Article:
Abstract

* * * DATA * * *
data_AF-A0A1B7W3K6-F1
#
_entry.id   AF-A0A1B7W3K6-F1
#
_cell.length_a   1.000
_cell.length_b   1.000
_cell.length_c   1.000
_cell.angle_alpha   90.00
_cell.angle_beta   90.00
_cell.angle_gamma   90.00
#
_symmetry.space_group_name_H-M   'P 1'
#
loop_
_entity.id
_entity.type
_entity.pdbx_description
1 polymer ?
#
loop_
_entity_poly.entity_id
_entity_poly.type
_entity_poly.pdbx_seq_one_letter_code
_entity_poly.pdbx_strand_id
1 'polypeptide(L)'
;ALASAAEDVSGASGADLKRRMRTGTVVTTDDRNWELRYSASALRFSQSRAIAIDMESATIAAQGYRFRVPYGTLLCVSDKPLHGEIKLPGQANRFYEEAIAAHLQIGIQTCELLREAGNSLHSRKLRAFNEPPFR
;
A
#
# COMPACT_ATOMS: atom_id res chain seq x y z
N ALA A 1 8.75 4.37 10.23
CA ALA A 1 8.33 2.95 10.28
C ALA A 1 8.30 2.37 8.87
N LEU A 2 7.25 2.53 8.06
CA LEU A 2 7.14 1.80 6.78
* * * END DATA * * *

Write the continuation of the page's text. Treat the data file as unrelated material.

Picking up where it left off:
Subduction earthquakes release vast amounts of energy to crust and mantle lithosphere. The products of such drastic events are rarely observed in the field because they are mostly lost by subduction. We present new observations of deformation products formed by a few very large and numerous small intermediate-depth Alpine subduction earthquakes that are preserved along the exhumed gabbro–mantle peridotite contact of the Piemont-Liguria oceanic basin in Corsica. The abrupt release of energy resulted in shear heating events that completely melted both gabbro and peridotite. The large volumes of melt that were generated can be studied in the fault and injection vein breccia complex along the fault zone. The energy required for wholesale melting of a large volume of peridotite along the fault combined with previous estimates of stress drops show that very large earthquakes took place along the Moho of the subducting plate. Because these fault rocks formed by intraplate seismicity, we suggest, by analogy with present-day subduction, that they represent a proxy for the lower seismogenic zone.

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